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9th Meeting of the Africa initiative

9th Meeting of the Africa initiative

Tshwane, 28 May 2021 – The Commissioner for the South African Revenue Service (SARS) Mr Edward Kieswetter was speaking at the 9th meeting of the Africa Initiative which took place online from 26-28 May 2021, as part of Africa month. The conference also coincided with the launch of the “Tax Transparency in Africa 2021: Africa Initiative Progress Report”.

The Africa Initiative was launched in partnership with the OECD Global Forum on Transparency and Exchange of Information for Tax Purposes in 2014, to ensure that African countries are equipped to use the improvements in global transparency and exchange of information to better tackle tax evasion.

Commissioner Kieswetter, who is also the Vice-Chair of the Africa Initiative, co-chaired the conference with his counterpart, the Commissioner-General of the Kenyan Revenue Authority, Mr Githii Mburu, who is the Chair of the Africa Initiative.

Commissioner Kieswetter said tax transparency and exchange of information was vital as business models increasingly evolve to be more digital, non-local and virtual, and physical borders less relevant in the production and movement of goods and services, each of our individual national tax bases are under constant threat of erosion.

“Our taxing rights are constantly being compromised. The richer countries may appear to be short-term losers, and poorer, developing countries may continue to lose. In truth though, over the long term, we as Revenue Administrators, along with our governments, are all likely to be the biggest losers. It has never been more prudent than now for the adoption of tax transparency and exchange of information standards by all revenue authorities, specifically us as African revenue authorities,” he added.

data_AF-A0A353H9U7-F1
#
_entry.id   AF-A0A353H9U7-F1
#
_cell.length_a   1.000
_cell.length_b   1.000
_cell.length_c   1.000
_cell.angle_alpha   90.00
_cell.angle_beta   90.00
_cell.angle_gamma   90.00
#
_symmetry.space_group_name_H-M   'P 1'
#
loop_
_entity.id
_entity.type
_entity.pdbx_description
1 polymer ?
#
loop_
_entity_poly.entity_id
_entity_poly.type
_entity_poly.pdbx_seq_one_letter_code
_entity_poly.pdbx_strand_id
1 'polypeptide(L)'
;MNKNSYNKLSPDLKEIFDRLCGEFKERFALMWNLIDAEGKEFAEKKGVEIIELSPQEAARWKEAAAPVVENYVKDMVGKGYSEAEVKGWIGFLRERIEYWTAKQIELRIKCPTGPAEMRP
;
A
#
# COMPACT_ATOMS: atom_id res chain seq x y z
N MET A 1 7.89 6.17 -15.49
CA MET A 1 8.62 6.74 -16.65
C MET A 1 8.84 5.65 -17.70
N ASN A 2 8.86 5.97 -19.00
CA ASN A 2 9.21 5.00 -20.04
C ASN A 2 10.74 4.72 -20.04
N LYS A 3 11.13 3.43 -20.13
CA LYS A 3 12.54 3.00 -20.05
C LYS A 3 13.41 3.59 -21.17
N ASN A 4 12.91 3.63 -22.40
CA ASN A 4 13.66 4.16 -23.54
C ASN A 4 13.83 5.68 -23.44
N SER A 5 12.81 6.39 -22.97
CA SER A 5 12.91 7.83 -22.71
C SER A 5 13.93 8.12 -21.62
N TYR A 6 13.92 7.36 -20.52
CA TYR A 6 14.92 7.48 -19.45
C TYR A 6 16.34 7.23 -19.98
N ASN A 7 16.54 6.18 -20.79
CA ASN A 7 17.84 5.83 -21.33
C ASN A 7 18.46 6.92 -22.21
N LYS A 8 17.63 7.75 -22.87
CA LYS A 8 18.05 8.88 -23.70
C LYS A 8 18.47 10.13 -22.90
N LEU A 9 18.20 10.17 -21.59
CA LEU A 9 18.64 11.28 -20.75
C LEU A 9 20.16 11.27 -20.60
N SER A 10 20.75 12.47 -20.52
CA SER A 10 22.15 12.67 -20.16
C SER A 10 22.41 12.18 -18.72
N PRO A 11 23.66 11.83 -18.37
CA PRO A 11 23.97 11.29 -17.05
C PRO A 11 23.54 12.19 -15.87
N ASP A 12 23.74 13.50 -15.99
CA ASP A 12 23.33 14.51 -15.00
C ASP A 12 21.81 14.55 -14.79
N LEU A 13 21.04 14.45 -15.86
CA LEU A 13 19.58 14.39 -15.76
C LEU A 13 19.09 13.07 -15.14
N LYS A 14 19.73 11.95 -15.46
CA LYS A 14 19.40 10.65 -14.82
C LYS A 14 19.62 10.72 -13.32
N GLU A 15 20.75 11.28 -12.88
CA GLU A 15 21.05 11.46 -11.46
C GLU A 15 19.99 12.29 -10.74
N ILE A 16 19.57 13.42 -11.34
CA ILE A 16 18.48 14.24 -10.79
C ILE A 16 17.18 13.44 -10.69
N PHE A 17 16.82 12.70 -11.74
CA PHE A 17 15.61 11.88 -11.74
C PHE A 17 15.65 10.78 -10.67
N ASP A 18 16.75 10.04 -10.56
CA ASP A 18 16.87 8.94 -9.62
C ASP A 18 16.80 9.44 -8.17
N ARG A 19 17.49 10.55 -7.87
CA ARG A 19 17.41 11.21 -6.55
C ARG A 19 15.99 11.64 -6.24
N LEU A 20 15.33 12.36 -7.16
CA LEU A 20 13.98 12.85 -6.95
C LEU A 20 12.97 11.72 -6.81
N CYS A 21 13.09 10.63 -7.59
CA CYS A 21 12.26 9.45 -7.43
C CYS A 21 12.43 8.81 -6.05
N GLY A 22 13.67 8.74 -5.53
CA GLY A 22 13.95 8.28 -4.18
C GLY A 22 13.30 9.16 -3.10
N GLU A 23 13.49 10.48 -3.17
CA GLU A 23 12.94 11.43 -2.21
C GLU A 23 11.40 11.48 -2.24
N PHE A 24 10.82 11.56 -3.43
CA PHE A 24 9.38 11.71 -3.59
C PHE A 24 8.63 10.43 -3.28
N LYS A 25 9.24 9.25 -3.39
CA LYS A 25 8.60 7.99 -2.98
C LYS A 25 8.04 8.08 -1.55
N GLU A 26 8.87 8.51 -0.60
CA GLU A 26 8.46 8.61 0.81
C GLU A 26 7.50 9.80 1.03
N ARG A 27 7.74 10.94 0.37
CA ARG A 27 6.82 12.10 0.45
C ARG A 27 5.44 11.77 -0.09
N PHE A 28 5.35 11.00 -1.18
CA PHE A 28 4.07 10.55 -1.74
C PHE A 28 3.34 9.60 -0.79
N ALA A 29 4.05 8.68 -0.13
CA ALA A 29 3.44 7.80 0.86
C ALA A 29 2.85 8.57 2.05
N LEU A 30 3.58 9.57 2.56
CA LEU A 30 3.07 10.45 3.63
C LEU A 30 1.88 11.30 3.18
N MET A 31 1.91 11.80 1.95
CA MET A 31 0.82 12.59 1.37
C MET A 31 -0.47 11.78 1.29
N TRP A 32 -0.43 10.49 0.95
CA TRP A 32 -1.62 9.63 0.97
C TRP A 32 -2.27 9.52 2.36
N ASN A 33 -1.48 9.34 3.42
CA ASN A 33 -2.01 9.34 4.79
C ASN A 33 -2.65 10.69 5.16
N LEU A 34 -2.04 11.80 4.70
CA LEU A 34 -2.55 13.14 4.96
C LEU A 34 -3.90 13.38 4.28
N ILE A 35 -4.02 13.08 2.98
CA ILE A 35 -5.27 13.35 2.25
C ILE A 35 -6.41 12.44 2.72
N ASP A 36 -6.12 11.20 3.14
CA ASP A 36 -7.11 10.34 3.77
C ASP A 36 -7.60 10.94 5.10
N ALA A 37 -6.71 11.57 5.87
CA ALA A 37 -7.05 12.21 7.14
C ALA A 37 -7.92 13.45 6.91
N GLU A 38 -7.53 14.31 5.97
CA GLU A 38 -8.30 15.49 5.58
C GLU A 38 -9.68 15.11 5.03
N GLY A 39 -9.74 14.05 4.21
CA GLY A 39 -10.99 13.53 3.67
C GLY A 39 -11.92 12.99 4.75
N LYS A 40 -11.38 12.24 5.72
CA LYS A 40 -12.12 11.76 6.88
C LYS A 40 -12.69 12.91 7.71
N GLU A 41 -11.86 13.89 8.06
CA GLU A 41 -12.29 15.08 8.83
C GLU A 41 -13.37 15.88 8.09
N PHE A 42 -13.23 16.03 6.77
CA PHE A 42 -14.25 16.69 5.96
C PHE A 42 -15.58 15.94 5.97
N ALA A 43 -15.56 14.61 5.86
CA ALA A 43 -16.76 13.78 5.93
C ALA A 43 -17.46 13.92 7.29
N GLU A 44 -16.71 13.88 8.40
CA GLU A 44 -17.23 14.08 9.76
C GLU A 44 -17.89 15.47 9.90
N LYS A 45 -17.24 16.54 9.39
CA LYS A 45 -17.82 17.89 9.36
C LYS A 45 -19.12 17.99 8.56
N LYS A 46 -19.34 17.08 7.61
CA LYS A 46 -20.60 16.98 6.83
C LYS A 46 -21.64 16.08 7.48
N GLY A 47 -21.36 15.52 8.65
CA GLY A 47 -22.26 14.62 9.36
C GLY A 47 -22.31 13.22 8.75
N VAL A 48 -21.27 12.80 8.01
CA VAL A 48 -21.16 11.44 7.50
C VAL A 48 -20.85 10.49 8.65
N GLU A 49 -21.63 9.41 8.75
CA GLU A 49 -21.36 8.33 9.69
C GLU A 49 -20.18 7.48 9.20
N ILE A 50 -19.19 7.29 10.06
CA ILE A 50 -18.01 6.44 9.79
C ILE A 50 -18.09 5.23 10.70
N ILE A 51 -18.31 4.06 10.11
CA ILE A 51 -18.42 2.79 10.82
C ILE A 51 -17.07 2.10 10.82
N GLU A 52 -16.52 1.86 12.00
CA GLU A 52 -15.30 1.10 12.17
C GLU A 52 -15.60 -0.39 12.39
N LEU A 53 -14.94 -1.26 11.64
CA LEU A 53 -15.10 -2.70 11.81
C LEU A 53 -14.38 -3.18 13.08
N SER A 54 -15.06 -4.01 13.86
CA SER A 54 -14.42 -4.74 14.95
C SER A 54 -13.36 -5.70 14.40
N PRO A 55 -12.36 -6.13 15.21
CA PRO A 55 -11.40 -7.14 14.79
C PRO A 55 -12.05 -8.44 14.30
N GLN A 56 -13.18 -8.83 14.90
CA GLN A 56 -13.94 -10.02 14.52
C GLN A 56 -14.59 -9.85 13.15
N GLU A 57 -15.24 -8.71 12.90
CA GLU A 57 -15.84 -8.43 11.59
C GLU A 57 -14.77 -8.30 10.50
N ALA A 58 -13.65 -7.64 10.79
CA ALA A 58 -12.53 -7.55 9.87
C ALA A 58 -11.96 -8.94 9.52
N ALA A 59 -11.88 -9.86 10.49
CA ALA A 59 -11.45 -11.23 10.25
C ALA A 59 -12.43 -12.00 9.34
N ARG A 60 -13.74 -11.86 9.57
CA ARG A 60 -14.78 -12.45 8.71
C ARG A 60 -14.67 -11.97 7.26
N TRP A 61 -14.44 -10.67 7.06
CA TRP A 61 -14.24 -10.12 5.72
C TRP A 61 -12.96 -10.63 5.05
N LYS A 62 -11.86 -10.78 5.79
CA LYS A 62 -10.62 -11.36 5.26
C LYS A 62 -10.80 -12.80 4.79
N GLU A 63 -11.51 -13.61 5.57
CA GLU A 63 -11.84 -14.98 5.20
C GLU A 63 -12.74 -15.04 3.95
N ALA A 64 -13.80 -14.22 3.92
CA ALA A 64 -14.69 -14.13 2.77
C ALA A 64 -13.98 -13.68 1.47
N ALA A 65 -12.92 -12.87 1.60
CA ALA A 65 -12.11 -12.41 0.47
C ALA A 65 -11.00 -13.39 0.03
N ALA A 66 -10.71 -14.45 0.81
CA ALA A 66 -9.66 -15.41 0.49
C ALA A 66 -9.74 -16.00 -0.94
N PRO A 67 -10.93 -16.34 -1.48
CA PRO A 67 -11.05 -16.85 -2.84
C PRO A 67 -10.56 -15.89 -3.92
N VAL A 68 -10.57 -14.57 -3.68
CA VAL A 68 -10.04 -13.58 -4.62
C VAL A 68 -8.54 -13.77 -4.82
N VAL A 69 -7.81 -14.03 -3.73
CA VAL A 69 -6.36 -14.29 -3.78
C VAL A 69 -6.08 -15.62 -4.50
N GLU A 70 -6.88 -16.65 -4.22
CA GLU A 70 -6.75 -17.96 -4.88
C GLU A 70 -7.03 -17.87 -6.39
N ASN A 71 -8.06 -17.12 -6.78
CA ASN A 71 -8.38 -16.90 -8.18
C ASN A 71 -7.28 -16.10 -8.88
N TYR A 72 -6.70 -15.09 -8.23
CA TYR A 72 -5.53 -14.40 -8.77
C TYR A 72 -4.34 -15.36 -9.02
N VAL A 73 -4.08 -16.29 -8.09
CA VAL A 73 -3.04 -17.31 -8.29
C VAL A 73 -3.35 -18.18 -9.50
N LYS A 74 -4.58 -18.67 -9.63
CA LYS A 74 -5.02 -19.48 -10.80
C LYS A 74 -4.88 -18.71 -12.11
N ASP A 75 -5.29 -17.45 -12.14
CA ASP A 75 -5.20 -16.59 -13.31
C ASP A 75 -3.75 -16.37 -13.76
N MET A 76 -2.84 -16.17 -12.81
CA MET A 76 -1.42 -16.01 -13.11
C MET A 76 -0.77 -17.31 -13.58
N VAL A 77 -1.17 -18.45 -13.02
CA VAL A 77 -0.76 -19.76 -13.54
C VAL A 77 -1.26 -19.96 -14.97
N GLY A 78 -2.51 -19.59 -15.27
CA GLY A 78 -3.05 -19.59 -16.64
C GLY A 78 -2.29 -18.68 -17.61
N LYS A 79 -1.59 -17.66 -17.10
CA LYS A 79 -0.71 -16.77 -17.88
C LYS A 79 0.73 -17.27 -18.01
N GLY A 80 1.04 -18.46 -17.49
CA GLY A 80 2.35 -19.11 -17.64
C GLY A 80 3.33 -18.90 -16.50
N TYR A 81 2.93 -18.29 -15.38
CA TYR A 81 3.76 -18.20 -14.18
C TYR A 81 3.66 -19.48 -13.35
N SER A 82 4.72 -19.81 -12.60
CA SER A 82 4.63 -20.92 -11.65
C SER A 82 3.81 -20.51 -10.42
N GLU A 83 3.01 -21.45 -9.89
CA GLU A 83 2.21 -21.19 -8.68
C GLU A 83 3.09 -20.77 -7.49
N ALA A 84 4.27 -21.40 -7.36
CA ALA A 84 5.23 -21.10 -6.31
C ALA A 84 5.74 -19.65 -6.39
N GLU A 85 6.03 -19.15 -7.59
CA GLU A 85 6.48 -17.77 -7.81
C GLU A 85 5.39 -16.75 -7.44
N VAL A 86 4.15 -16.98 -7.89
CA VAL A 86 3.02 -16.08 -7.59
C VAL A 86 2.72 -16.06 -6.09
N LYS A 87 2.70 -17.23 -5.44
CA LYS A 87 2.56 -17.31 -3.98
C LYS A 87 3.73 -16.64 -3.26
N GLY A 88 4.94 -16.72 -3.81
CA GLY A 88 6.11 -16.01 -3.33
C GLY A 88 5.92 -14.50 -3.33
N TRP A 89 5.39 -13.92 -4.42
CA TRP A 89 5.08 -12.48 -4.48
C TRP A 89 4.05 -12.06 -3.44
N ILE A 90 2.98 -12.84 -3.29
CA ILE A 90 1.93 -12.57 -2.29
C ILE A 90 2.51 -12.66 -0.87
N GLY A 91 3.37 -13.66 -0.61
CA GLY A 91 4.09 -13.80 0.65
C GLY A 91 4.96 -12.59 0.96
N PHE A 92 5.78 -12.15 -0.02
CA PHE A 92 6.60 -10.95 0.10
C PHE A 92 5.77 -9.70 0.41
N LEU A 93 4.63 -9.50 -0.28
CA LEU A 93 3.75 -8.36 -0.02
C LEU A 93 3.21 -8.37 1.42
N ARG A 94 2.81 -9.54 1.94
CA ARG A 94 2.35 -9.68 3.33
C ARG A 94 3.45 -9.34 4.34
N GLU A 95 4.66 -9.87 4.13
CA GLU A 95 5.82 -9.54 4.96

The past year has seen a steady increase in the implementation of tax transparency and the exchange of information standards in many African countries with encouraging results.

“However, we cannot declare an early victory, much is still needed to be done. African tax authorities are clear that the need for skilled tax officials and efficient and effective exchange of information infrastructures are integral to their overall success. The continued development of tax transparency is key to ensuring greater tax compliance and the Africa Initiative should continue to support its members through strong technical and capacity building assistance.”

The meeting noted that, despite the challenges posed by the COVID-19 pandemic, African countries became net senders of exchange of information requests for the first time after significant expansions in exchange of information treaties to more than 3700 bilateral relationships in 2020, up from approximately 2500 in 2019.

In addition, progress on the implementation of automatic exchange of information (AEOI) is continuing with Nigeria starting to exchange in 2020, thereby joining Ghana, Mauritius, Seychelles and South Africa. Morocco and Kenya will commence their first exchanges in 2022.

Since 2009, exchange of information has enabled African countries to identify over EUR 1.2 billion of additional revenues (tax, interest and penalties). In 2020 alone, African countries identified more than EUR 34.8 million in additional taxes due to exchange of information on request (EOIR), and it is expected that the amount will increase substantially in the years to come as African Tax Administrations further develop and refine their exchange of information networks and capacities.

In closing the conference, Commissioner Kieswetter reaffirmed the significance of the Africa Initiative and its 2021 Action Plan. “Africa is not poor, but why are Africans poor? This is our plan we affirm here today, for the benefit of our countries and the continent at large, each one of us should own the plan and give effect to the plan.

“If there is ever an area for tax administrations to co-operate in, it is in the areas of tax transparency and exchange of information. It is only through close co-operation that we can harvest money that is already part of our taxing rights and uplift the lives of ordinary Africans, especially those who are marginalised. I leave you with the following African Proverb as I close this session – If you want to go fast go alone, if you want to go far, go together.”

For more information on the Africa Initiative, refer to the following:

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